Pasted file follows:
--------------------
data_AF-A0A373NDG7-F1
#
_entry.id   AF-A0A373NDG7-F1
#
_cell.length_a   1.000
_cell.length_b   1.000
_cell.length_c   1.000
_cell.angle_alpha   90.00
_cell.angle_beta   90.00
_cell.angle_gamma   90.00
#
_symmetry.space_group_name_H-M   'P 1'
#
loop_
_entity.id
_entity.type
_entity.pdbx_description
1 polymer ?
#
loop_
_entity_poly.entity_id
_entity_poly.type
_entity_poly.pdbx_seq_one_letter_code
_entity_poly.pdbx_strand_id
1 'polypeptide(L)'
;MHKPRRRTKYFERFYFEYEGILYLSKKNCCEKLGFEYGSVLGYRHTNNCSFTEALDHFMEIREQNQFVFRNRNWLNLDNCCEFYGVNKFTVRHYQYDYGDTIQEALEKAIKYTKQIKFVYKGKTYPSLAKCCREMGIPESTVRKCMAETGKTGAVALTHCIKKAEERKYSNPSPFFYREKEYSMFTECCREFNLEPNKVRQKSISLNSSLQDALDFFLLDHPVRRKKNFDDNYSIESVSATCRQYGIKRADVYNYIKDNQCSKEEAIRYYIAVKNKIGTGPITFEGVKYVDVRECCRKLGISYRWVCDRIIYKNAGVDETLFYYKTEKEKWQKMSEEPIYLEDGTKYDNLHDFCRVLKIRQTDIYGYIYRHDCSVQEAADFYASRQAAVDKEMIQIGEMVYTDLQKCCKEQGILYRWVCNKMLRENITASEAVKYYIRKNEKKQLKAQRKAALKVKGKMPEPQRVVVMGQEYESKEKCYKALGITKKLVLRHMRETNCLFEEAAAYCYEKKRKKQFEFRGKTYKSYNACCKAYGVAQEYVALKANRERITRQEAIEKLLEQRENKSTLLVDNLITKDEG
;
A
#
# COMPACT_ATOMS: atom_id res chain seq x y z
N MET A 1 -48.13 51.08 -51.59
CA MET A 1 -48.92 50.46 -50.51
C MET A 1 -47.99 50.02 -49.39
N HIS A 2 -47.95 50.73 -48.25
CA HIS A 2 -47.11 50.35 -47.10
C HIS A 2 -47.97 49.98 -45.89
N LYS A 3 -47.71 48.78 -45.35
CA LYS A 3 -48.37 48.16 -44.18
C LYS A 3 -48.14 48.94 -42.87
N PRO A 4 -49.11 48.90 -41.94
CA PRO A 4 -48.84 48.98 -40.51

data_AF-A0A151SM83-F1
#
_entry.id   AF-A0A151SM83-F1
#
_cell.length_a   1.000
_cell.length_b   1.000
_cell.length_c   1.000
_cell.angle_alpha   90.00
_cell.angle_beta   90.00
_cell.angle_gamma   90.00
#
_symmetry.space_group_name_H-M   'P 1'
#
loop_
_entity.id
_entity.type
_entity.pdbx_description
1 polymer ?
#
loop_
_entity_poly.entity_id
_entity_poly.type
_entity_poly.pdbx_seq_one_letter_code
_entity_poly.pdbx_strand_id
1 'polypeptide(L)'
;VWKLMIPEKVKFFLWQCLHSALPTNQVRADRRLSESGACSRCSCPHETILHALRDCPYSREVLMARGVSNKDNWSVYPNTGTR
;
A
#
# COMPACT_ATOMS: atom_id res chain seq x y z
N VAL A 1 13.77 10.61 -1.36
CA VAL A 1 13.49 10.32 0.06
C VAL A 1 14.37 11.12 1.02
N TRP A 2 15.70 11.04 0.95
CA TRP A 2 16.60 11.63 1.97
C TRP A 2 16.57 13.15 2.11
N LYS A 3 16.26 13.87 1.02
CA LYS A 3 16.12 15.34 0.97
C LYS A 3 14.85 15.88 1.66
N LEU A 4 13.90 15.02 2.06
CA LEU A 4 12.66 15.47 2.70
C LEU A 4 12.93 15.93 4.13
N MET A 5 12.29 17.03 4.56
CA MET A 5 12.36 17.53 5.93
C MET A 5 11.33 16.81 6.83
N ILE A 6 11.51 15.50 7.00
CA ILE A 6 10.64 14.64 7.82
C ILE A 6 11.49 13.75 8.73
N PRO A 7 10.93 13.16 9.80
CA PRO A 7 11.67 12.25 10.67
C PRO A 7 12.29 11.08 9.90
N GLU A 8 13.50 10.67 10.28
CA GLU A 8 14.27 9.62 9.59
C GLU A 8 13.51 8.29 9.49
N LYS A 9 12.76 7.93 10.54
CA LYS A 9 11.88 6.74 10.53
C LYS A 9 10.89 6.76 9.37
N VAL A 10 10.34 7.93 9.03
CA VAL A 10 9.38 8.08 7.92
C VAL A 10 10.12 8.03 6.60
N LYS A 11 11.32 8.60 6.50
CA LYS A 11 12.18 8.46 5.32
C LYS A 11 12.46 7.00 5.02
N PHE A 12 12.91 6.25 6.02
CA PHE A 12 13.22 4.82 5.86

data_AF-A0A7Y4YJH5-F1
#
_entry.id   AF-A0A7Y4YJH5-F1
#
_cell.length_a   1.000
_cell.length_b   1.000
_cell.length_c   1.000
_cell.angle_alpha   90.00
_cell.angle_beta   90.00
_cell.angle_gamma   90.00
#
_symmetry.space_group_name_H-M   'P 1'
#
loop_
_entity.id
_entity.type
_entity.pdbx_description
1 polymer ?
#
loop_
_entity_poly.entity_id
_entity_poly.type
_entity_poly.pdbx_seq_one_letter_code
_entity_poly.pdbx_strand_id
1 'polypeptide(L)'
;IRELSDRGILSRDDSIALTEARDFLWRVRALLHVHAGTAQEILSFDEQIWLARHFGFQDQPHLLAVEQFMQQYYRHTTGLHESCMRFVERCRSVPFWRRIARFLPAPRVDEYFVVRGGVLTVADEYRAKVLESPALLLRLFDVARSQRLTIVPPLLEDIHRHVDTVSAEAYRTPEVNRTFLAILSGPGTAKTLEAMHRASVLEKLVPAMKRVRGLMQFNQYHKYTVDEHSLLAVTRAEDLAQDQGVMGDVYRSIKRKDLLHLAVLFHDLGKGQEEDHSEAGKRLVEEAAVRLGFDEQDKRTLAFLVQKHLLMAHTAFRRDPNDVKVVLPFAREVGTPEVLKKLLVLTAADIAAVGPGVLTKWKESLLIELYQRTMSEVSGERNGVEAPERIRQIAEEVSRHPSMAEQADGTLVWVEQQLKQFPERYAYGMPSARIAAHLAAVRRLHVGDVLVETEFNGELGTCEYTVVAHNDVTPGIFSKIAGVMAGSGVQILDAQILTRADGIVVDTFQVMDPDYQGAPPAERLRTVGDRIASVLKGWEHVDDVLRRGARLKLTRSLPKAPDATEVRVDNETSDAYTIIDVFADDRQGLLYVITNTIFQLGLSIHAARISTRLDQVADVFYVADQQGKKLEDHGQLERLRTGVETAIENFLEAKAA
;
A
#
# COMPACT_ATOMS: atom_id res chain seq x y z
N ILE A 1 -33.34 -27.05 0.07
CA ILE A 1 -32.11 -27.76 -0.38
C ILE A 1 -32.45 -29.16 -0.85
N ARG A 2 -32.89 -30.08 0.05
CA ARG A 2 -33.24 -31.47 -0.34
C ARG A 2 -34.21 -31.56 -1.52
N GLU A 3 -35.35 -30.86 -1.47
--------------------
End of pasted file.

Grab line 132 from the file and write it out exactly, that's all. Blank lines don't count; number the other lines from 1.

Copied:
;IRELSDRGILSRDDSIALTEARDFLWRVRALLHVHAGTAQEILSFDEQIWLARHFGFQDQPHLLAVEQFMQQYYRHTTGLHESCMRFVERCRSVPFWRRIARFLPAPRVDEYFVVRGGVLTVADEYRAKVLESPALLLRLFDVARSQRLTIVPPLLEDIHRHVDTVSAEAYRTPEVNRTFLAILSGPGTAKTLEAMHRASVLEKLVPAMKRVRGLMQFNQYHKYTVDEHSLLAVTRAEDLAQDQGVMGDVYRSIKRKDLLHLAVLFHDLGKGQEEDHSEAGKRLVEEAAVRLGFDEQDKRTLAFLVQKHLLMAHTAFRRDPNDVKVVLPFAREVGTPEVLKKLLVLTAADIAAVGPGVLTKWKESLLIELYQRTMSEVSGERNGVEAPERIRQIAEEVSRHPSMAEQADGTLVWVEQQLKQFPERYAYGMPSARIAAHLAAVRRLHVGDVLVETEFNGELGTCEYTVVAHNDVTPGIFSKIAGVMAGSGVQILDAQILTRADGIVVDTFQVMDPDYQGAPPAERLRTVGDRIASVLKGWEHVDDVLRRGARLKLTRSLPKAPDATEVRVDNETSDAYTIIDVFADDRQGLLYVITNTIFQLGLSIHAARISTRLDQVADVFYVADQQGKKLEDHGQLERLRTGVETAIENFLEAKAA